Vyvgart for efgartigimod infusion now approved in Israel for gMG
Under-the-skin treatment formulation now under review in US
Vyvgart (efgartigimod alfa-fcab) is now approved in Israel for the treatment of generalized myasthenia gravis (gMG), according to its developer, Argenx.
This is the second new approval for Vyvgart in gMG this year, following a similar positive decision in the U.K. in March. The therapy has been approved in the U.S. since late 2021, and last year it won approvals in Japan and the European Union. Argenx now is in the process of negotiating the therapy’s price and reimbursement in more than 10 countries in Europe.
“Throughout the first quarter, we made significant progress advancing our mission to redefine what well-controlled means in the treatment of autoimmune diseases,” Tim Van Hauwermeiren, CEO of Argenx, said in a press release, noting that the company is aiming to “grow Vyvgart as a new standard of care in gMG.”
Approvals in other countries have specifically covered Vyvgart’s use in adults with gMG who are positive for antibodies against acetylcholine receptor (AChR), the most common type of MG-driving antibody. Argenx did not provide details about the specific indications covered by the new Israeli approval.
Per a 2022 agreement, Argenx will be commercializing Vyvgart in Israel in partnership with Medison Pharma. The companies also have agreed to cooperate on commercializing the therapy in more than a dozen countries in Europe.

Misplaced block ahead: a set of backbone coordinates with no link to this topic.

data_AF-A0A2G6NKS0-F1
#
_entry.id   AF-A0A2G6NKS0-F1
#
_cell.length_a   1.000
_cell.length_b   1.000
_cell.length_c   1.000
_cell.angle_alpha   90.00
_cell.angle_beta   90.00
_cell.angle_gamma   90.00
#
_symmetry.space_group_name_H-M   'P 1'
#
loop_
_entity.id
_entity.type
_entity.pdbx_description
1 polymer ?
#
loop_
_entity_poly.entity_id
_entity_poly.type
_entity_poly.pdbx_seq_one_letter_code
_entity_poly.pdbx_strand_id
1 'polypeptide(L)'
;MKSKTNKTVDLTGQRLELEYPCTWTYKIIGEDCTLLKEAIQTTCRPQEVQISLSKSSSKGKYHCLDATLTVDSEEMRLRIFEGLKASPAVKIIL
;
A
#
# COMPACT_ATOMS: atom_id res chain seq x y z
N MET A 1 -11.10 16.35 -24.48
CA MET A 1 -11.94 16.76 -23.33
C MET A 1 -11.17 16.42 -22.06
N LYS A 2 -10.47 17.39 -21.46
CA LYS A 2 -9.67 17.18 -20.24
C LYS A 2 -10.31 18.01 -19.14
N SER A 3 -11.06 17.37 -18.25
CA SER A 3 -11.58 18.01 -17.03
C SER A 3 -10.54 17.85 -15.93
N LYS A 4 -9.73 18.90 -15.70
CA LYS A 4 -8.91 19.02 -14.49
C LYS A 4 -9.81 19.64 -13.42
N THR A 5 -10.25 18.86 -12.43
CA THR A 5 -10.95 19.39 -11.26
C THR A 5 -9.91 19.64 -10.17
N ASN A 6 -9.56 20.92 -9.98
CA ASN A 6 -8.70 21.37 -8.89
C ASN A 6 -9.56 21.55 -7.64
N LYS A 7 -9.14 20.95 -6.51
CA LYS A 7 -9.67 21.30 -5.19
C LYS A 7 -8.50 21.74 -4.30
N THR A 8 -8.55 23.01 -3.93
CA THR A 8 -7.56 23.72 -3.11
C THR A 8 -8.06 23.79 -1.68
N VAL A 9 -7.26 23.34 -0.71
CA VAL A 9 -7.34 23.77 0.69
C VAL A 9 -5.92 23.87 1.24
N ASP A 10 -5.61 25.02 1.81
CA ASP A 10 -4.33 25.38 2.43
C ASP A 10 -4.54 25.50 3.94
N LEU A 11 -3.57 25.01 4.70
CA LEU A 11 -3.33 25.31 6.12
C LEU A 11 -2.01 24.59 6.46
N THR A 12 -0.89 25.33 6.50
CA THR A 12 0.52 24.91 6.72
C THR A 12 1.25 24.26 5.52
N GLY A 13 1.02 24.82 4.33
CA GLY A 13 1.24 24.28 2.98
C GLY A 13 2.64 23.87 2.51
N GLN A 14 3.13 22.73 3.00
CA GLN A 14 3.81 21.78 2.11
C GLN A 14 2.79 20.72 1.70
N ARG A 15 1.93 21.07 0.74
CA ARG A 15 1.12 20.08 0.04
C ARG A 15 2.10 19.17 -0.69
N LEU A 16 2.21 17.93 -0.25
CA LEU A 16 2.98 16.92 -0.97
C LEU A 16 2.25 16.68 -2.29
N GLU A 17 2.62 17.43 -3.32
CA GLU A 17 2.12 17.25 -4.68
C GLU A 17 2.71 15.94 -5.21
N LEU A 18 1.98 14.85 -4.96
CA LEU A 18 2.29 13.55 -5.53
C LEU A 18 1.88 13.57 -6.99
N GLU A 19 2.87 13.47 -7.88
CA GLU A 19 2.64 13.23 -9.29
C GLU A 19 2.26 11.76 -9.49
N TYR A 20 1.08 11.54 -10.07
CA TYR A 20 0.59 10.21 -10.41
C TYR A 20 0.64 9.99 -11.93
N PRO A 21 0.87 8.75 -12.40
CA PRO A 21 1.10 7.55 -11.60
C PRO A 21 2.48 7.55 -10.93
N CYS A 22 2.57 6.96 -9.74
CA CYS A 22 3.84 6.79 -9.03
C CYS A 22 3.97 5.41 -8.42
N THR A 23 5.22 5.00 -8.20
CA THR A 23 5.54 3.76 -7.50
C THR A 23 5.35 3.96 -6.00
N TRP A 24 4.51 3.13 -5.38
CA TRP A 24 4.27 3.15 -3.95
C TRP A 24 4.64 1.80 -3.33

Argenx awaiting decisions on Vyvgart in China, Canada
MG is caused by self-reactive antibodies that interfere with the communication between nerve and muscle cells, resulting in muscle weakness and other disease symptoms. Vyvgart is designed to lower the levels of disease-driving antibodies by blocking the activity of the neonatal Fc receptor, a protein that normally helps prevent antibodies circulating in the bloodstream from being destroyed.
The therapy is administered intravenously, via infusion into the bloodstream. One cycle of treatment consists of four hour-long infusions given over the course of four weeks. Additional treatment cycles are given as needed based on patient response.
Findings from a Phase 3 clinical trial called ADAPT (NCT03669588) showed that Vyvgart, given on top of standard therapy, was more effective than a placebo at easing MG symptoms. More recent data from the extension study ADAPT+ (NCT03770403) showed that additional cycles of Vyvgart treatment had a consistent symptom-easing effect.
Vyvgart is up for potential approval in China and Canada.
Argenx also is developing a formulation of efgartigimod, Vyvgart’s active agent, that is administered by under-the-skin, or subcutaneous, injection. The new formulation is under review in the U.S., with a decision expected by June 20.
Subcutaneous efgartigimod also is up for approval in the EU — where a decision is expected by the end of the year — and in Japan, with a decision in that country expected in early 2024.
“Our team remains focused on continued expansion within gMG with our planned launch of [subcutaneous] efgartigimod and upcoming global regulatory approvals,” Van Hauwermeiren said.